It is always tragic when incompentent direction buries a potentionally engaging story.

The Misses
All right, the gloves are coming off.  Let’s go.
(Commencing rant mode) This should have been called “Indecision: The Movie.”  It is painfully obvious that director Joe Wright was second guessing every single story decision he made during production.  Except for Levi Miller, the adult actors are evidence of this.
It’s never a good sign when you can tell that an actor is confused about who they’re supposed to be throughout the film.  I think Mr. Wright first told Hugh Jackman to be menancing, but then right before the camera rolled, he said, “On second thought, Mr. Jackman, Blackbeard should be a comedic villain.  Yeah, that’s it.” But THEN Mr. Wright changed his mind again and told Jackman to be a scary dude.  As a result, Hugh Jackman’s Blackbeard switches back and forth from quirky villain to menancing foe every five minutes.  Actually, now that I think about it, Jackman’s performance is inconsistent; he overacts in some scenes and underacts in others.
The secret to writing an offbeat villain is to write he/she as either a scary person who can be funny or as a charming individual with a twisted personality. Attempting to be both sucks away the tension between the villain and the protagonist.   If I’m not afraid of the villain, why should I care about the hero?
The second victim of Joe Wright’s indecision is Garrett Hedlund.  It’s like Mr. Wright couldn’t decide if he wanted James Hook to be a ripoff of Indiana Jones or Hans Solo, so he just said to Hedlund, “Just be both and talk through your teeth a lot because–potatoes!”  The character of James Hook feels so unnatural to the story because he bulges his eyes out, widens his facial expressions and talks through his teeth.  It gets to the point where he is so unrealistic that his appearance in any scene feels shoehorned.  His “romance” with Tiger Lily (Rooney Mara) is painful to watch because Hedlund and Mara have zero chemistry.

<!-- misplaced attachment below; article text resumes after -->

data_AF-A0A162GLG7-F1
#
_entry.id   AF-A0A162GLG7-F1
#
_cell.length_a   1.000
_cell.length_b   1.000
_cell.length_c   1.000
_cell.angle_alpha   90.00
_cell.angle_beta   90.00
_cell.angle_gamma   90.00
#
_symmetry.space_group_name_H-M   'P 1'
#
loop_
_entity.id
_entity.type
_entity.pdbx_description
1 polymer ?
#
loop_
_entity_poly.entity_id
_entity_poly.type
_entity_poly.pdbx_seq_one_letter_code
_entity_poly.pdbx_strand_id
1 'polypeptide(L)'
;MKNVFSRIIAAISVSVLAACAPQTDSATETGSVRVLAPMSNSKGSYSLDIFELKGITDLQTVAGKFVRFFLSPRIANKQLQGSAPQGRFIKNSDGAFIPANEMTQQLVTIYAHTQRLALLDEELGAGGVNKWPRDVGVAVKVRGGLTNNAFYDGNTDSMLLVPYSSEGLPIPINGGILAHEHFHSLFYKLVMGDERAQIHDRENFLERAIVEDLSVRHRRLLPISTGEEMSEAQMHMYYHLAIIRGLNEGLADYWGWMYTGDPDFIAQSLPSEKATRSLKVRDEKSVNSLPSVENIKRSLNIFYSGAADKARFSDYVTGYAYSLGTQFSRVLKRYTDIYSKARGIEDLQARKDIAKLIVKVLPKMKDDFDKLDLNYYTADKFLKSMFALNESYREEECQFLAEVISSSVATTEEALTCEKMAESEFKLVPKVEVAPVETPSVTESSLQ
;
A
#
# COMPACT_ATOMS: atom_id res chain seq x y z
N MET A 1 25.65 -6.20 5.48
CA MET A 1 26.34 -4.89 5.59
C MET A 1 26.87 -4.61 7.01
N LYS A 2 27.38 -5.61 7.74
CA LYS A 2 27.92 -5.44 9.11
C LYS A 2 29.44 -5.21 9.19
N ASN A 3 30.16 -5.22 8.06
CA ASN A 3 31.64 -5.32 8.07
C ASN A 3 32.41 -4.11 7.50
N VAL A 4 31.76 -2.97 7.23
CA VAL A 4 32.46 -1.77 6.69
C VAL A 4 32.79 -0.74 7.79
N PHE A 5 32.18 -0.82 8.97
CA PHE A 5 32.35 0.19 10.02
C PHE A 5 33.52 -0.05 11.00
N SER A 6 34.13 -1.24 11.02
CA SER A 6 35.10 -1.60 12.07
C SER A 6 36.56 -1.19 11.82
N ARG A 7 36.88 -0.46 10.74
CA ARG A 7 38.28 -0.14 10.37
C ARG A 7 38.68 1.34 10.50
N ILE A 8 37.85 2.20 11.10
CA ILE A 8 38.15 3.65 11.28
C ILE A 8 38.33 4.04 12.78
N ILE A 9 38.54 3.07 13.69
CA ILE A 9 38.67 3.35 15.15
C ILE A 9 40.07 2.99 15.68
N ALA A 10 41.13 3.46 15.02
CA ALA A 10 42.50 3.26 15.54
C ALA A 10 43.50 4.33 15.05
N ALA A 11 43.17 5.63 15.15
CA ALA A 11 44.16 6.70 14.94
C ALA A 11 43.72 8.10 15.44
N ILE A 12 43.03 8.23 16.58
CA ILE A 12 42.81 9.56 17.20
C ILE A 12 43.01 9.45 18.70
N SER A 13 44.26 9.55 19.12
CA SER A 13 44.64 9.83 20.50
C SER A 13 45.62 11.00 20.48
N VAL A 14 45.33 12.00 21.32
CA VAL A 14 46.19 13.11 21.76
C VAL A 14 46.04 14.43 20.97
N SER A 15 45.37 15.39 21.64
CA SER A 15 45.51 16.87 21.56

The action sequences are horrendously edited.  Thanks to a frickton of jumpcuts, I could barely follow what was going on or who was fighting who.   The CGI mermaids and the Neverbirds look embarrassingly fake.  The musical score plays during the wrong sequences.  I rarely say this, but this is the pinnacle of style over substance.
Finally, if you’re a fan of Saint Catherine Laboure or just the religious life in general (or both), you will be ticked at this movie because the nuns who run Peter’s orphanage are Catherine Laboure nuns with no personalities other than being offensive caricatures.  I know that they are Catherine Laboure nuns because of the habits they wear.
This is Catherine, by the way.

Saint Catherine Laboure
Saint Catherine Laboure

It just so happens that Catherine Laboure is my favorite out of all the Saint Catherines, so I was already annoyed within the first five minutes of the movie. Even secular movie critics don’t like the portrayal of the nuns in this flick!

Whenever I’m writing a story or revising an essay before the due date, I’ll run it by my Mother to get a second opinion.  If I propose a last minute change that doesn’t make sense or second guess a key element of my writing project, my Mom will set me straight and advise me to stick with and improve the ideas that are already in place.
Pan is the best example of why film directors should have their mothers on set.  The tone is inconsistent, the actors are confused about who they’re supposed to be, and the visuals overtake character growth and interaction.

Saint Catherine Laboure, you deserve much better treatment.  Also, pray for us.

CGB Review of The Martian (2015)